However, if religion is not the key to happiness, then that is a GOOD REASON to be skeptical about religion and religious belief, because (a) this shows that a widely-held belief about religion that is often asserted by religious leaders is mistaken, and (b) it seems likely that if a religion was completely true (or mostly true), it would be the key to happiness.  Although it is possible for a religion to be completely true (or mostly true) but fail to be the key to happiness, it seems more likely that a true (or mostly true) religion would be the key to happiness.  So, to the extent that a religion is NOT the key to happiness, we should at least be SKEPTICAL about the idea that the religion is completely or mostly true.  If religion in general is disconnected from happiness, that doesn’t prove that religion is foolish or a delusion, but it does give one a reason to doubt the truth and wisdom of religion.
Some Obvious Facts:

  • Some atheists are very happy people.
  • Some people who believe in God are very unhappy people.
  • Some people who are not religious are very happy people.
  • Some people who are religious are very unhappy people.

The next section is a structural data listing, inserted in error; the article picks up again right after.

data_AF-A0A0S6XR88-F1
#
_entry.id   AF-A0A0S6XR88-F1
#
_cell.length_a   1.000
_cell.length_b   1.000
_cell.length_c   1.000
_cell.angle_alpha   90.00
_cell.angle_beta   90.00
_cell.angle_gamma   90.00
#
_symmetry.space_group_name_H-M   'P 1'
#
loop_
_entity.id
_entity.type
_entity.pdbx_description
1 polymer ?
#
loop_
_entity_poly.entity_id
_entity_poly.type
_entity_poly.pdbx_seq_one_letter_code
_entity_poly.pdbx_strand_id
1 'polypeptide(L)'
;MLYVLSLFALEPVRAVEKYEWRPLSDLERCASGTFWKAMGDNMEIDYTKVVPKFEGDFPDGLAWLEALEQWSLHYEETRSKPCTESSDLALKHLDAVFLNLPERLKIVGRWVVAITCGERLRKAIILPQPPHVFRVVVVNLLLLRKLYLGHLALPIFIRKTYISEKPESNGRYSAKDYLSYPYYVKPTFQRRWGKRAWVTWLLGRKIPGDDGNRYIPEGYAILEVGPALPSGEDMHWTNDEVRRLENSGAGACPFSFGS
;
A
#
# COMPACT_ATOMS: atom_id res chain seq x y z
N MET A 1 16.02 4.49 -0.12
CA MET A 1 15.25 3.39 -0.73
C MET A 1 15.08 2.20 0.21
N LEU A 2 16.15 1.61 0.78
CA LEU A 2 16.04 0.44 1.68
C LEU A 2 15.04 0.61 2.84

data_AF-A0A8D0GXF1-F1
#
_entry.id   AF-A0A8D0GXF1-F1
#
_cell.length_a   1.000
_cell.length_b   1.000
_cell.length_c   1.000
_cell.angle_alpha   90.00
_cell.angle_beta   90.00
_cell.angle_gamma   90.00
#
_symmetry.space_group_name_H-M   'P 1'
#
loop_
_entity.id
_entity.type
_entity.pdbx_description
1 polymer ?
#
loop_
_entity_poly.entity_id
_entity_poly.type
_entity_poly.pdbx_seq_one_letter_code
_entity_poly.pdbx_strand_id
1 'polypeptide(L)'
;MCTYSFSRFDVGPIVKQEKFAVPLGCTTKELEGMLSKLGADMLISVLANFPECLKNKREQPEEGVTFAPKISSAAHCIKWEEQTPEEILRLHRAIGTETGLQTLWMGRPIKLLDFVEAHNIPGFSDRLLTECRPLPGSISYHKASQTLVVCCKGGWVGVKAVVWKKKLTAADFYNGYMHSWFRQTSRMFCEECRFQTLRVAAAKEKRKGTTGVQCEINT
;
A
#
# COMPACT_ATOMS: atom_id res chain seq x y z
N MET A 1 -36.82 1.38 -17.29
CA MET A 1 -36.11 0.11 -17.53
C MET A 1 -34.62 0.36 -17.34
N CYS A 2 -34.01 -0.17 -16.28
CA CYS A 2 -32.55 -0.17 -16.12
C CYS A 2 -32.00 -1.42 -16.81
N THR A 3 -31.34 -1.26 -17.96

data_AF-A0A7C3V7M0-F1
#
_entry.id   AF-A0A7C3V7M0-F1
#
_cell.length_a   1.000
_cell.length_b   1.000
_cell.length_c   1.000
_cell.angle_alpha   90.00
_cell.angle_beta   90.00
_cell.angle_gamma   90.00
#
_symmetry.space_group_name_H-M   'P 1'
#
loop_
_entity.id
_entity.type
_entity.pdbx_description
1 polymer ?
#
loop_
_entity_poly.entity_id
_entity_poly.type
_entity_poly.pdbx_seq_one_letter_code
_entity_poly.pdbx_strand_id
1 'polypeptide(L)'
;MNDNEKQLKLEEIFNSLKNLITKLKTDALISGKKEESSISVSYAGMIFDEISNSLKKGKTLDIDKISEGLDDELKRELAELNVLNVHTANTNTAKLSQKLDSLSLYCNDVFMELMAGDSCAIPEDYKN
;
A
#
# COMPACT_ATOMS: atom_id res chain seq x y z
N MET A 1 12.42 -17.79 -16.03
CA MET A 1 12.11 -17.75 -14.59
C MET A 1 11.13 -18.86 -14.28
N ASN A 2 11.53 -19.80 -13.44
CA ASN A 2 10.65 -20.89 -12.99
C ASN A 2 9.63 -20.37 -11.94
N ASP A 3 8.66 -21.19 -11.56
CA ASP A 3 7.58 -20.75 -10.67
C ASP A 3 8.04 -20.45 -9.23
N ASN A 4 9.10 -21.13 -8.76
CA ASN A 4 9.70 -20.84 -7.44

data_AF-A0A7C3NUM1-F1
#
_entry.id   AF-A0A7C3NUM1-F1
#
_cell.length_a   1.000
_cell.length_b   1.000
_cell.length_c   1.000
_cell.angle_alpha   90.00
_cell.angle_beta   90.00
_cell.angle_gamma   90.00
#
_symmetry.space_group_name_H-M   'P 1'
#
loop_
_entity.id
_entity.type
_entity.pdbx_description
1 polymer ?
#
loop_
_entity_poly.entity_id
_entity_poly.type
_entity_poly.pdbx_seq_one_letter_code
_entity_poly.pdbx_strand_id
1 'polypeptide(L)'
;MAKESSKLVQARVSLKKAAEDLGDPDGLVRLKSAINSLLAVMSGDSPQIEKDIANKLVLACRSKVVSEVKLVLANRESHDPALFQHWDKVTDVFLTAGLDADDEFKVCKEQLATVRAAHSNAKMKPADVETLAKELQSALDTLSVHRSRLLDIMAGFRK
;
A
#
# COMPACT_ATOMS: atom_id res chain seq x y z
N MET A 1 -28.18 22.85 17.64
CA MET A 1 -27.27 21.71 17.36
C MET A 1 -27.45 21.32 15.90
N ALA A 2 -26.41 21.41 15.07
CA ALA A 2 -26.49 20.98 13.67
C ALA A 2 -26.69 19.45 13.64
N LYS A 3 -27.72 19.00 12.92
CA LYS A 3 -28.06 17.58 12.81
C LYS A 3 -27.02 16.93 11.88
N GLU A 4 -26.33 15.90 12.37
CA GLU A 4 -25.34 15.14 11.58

From these obvious facts, we may conclude that (a) being religious is NOT a requirement for being happy, and that (b) being religious does NOT guarantee that one will be happy.  In short, there is NOT a simple and direct relationship between religion and happiness.  However, even if religion is not required for happiness and does not guarantee happiness, it could still be the case that religion HELPS people to be happy, or to be more happy than they would otherwise be.
 
DOES RELIGION HAVE A POSITIVE CORRELATION WITH HAPPINESS?
There are many empirical studies that appear to show that religion has a positive correlation with happiness.  However, there are a number of important caveats and qualifications that need to be taken into consideration here:

  1. Viewed in geographic terms, religion has a NEGATIVE correlation with happiness.
  2. Whether religion correlates with happiness depends on how one measures happiness.
  3. Whether religion correlates with happiness depends on how one measures religion/religiousness.
  4. In several countries religion does NOT have a positive correlation with happiness.
  5. When a study does find a positive correlation between religion and happiness, it is usually a weak correlation.